Jump to content

sgl_imaging_challenge_2021_annual.thumb.jpg.3fc34f695a81b16210333189a3162ac7.jpg

Is it time to buy a set of modern binoculars?


Guest
 Share

Recommended Posts

I have just visited the new nature centre with bird hides at Fishers Green in the Lea Valley at Waltham Abbey.

A wonderful resource on the outskirts of north London. I took my very good 10 x 50 Opticron HR binoculars.

While they have been good. The close focus is very far away, they lacked the brightness of s set of Hawke 10 x 40's.

I must admit that I struggle a bit with 10 x binoculars not giving a steady image/view. I did'nt have the Hawkes long enough to see if modern 10 x binos suffer the same shakes or not.

Looking at the specs of the Helios Lightwing, they seem impressive. With a close focus of two metres and a generous field of view compared to the older 5°. I would like to use them for astronomy aswell. Wondered about monoculars aswell.

Christmas is coming soon.

Any tips on what might be an improvement over the older Opticrons would be welcome. Are modern 10 x binoculars more stable image wise than the older models.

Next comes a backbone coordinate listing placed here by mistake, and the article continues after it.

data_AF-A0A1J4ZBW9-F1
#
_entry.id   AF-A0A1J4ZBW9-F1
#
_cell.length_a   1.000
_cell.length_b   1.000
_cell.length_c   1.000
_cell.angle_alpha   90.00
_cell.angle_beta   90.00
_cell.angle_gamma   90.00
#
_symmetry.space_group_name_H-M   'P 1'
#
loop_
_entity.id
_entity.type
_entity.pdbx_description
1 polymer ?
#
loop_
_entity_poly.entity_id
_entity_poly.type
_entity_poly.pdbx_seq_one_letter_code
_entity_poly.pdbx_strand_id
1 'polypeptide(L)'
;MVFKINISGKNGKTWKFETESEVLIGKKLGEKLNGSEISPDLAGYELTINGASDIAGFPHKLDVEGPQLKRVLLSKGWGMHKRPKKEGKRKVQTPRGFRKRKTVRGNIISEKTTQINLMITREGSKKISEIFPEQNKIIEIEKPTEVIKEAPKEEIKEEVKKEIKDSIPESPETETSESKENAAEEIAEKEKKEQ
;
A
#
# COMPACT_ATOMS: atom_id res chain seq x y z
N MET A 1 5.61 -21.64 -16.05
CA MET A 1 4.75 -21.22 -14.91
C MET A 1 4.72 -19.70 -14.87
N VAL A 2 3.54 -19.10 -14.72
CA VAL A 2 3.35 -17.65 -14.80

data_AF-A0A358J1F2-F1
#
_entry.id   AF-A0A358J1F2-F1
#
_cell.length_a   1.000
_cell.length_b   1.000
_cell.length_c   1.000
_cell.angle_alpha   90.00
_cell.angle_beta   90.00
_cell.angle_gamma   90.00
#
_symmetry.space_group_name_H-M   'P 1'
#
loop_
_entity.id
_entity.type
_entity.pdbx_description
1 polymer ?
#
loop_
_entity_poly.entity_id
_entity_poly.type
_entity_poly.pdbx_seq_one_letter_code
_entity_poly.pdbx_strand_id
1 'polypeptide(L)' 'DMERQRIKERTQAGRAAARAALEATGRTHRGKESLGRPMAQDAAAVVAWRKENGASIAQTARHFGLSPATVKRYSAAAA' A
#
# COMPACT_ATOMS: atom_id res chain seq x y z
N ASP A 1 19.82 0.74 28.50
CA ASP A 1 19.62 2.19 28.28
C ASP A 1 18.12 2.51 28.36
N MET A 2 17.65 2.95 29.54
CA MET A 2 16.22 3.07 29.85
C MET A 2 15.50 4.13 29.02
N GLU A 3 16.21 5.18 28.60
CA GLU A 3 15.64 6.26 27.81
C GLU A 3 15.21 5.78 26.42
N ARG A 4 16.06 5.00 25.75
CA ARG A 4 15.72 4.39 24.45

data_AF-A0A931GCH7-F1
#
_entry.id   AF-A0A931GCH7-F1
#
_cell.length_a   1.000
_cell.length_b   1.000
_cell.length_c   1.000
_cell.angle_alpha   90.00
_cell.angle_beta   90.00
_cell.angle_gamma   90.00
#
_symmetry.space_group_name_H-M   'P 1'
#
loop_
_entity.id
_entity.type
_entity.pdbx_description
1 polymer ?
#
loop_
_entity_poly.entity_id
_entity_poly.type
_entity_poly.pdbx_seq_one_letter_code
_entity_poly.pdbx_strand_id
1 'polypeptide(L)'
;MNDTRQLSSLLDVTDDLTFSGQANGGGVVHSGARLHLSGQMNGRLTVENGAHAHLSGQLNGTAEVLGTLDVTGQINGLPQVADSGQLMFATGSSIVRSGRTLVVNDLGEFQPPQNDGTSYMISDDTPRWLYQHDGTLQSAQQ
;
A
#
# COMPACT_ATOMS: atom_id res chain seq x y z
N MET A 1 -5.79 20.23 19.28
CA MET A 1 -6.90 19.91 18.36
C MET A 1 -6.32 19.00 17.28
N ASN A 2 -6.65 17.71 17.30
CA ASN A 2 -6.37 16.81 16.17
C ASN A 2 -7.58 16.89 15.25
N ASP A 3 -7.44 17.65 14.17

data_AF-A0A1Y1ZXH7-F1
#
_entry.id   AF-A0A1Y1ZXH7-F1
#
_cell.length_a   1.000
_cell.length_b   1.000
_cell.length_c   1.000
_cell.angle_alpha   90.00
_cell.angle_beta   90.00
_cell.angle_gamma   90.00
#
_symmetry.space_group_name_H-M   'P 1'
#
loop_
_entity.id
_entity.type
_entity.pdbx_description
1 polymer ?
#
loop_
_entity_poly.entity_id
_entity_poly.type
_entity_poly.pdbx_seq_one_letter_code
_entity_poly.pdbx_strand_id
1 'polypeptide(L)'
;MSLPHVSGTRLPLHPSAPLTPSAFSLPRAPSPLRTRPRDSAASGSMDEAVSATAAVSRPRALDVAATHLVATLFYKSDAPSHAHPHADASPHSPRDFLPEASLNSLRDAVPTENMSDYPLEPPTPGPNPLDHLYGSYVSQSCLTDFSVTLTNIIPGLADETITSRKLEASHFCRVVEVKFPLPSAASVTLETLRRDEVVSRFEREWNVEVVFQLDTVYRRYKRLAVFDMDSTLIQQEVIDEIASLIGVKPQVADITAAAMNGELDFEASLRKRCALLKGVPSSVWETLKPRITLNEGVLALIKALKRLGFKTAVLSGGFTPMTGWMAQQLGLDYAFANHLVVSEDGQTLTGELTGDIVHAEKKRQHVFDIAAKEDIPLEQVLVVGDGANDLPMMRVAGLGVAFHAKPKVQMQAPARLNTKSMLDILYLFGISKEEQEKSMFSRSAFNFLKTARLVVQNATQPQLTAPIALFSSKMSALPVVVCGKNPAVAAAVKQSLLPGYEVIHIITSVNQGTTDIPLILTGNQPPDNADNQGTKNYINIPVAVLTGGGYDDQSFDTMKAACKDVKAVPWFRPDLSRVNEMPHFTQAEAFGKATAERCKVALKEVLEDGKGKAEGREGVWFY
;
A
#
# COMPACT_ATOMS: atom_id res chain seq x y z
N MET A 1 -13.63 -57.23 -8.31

Link to comment
Share on other sites

I have a pair of Helios Lighting HR 8x42ED binoculars that I picked up from Lockie (@Chris) a couple of years ago and I've been very impressed by them, but only tend to use them for general daylight observing, mostly birding but Chris posted how impressed he was with them under the night sky if I remember correctly.

I also have a pair of Vortex Optics Diamondback 10x50s which I use for astro and they are very excellent but I find that they tend to suffer from reflections on the large eyepiece lenses during the day and I found I needed a Bino Bandit to solve that problem, but as I prefer the Lightings for daytime use as they're smaller, lighter and I can hold them steadier so this isn't too much of a problem.

Ade

  • Like 1
Link to comment
Share on other sites

54 minutes ago, AdeKing said:

I have a pair of Helios Lighting HR 8x42ED binoculars that I picked up from Lockie (@Chris) a couple of years ago and I've been very impressed by them, but only tend to use them for general daylight observing, mostly birding but Chris posted how impressed he was with them under the night sky if I remember correctly.

Put it this way Ade...if you ever want to sell them back? 🤩 Seriously though they are an excellent small binocular. Roof prism bins don't usually have that pseudo 3D effect, but the Helios LightWing ED's could focus tiny pin prick stars on the edge of visibility which gave the view nice depth.

If I recall correctly the field was nice and flat over a good portion of the AFOV and reflections weren't a problem also. 

I find myself recommending them quite often :)  

Link to comment
Share on other sites

3 hours ago, Grumpy Martian said:

Looking at the specs of the Helios Lightwing, they seem impressive.